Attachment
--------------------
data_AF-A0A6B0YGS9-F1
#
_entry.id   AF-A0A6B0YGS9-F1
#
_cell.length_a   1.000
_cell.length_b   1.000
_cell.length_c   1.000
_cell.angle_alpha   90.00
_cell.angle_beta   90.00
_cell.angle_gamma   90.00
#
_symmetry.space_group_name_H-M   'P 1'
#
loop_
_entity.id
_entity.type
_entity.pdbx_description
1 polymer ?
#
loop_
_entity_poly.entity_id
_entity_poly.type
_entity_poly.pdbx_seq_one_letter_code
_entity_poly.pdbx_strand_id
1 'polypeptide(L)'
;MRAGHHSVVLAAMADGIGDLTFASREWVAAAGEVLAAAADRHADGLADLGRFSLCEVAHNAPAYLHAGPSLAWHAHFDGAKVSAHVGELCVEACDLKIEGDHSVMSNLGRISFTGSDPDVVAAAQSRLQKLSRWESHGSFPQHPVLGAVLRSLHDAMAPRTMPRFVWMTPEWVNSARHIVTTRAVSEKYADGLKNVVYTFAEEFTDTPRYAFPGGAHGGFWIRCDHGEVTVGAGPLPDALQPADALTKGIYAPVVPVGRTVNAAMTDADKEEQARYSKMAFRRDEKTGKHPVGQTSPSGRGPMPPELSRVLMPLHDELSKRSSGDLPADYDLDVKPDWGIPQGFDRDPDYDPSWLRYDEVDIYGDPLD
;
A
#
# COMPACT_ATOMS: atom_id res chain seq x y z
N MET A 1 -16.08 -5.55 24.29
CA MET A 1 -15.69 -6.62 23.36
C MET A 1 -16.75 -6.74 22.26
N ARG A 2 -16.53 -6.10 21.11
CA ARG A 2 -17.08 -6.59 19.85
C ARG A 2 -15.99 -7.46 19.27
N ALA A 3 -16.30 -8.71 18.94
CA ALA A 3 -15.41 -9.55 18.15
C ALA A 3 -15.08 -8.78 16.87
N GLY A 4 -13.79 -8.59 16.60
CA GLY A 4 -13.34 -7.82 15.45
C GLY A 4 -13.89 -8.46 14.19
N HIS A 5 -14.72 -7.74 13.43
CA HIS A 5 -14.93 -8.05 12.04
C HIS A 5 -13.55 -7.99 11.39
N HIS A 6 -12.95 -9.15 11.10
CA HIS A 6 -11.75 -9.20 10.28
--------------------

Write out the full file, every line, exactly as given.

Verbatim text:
data_AF-A0A6B0YGS9-F1
#
_entry.id   AF-A0A6B0YGS9-F1
#
_cell.length_a   1.000
_cell.length_b   1.000
_cell.length_c   1.000
_cell.angle_alpha   90.00
_cell.angle_beta   90.00
_cell.angle_gamma   90.00
#
_symmetry.space_group_name_H-M   'P 1'
#
loop_
_entity.id
_entity.type
_entity.pdbx_description
1 polymer ?
#
loop_
_entity_poly.entity_id
_entity_poly.type
_entity_poly.pdbx_seq_one_letter_code
_entity_poly.pdbx_strand_id
1 'polypeptide(L)'
;MRAGHHSVVLAAMADGIGDLTFASREWVAAAGEVLAAAADRHADGLADLGRFSLCEVAHNAPAYLHAGPSLAWHAHFDGAKVSAHVGELCVEACDLKIEGDHSVMSNLGRISFTGSDPDVVAAAQSRLQKLSRWESHGSFPQHPVLGAVLRSLHDAMAPRTMPRFVWMTPEWVNSARHIVTTRAVSEKYADGLKNVVYTFAEEFTDTPRYAFPGGAHGGFWIRCDHGEVTVGAGPLPDALQPADALTKGIYAPVVPVGRTVNAAMTDADKEEQARYSKMAFRRDEKTGKHPVGQTSPSGRGPMPPELSRVLMPLHDELSKRSSGDLPADYDLDVKPDWGIPQGFDRDPDYDPSWLRYDEVDIYGDPLD
;
A
#
# COMPACT_ATOMS: atom_id res chain seq x y z
N MET A 1 -16.08 -5.55 24.29
CA MET A 1 -15.69 -6.62 23.36
C MET A 1 -16.75 -6.74 22.26
N ARG A 2 -16.53 -6.10 21.11
CA ARG A 2 -17.08 -6.59 19.85
C ARG A 2 -15.99 -7.46 19.27
N ALA A 3 -16.30 -8.71 18.94
CA ALA A 3 -15.41 -9.55 18.15
C ALA A 3 -15.08 -8.78 16.87
N GLY A 4 -13.79 -8.59 16.60
CA GLY A 4 -13.34 -7.82 15.45
C GLY A 4 -13.89 -8.46 14.19
N HIS A 5 -14.72 -7.74 13.43
CA HIS A 5 -14.93 -8.05 12.04
C HIS A 5 -13.55 -7.99 11.39
N HIS A 6 -12.95 -9.15 11.10
CA HIS A 6 -11.75 -9.20 10.28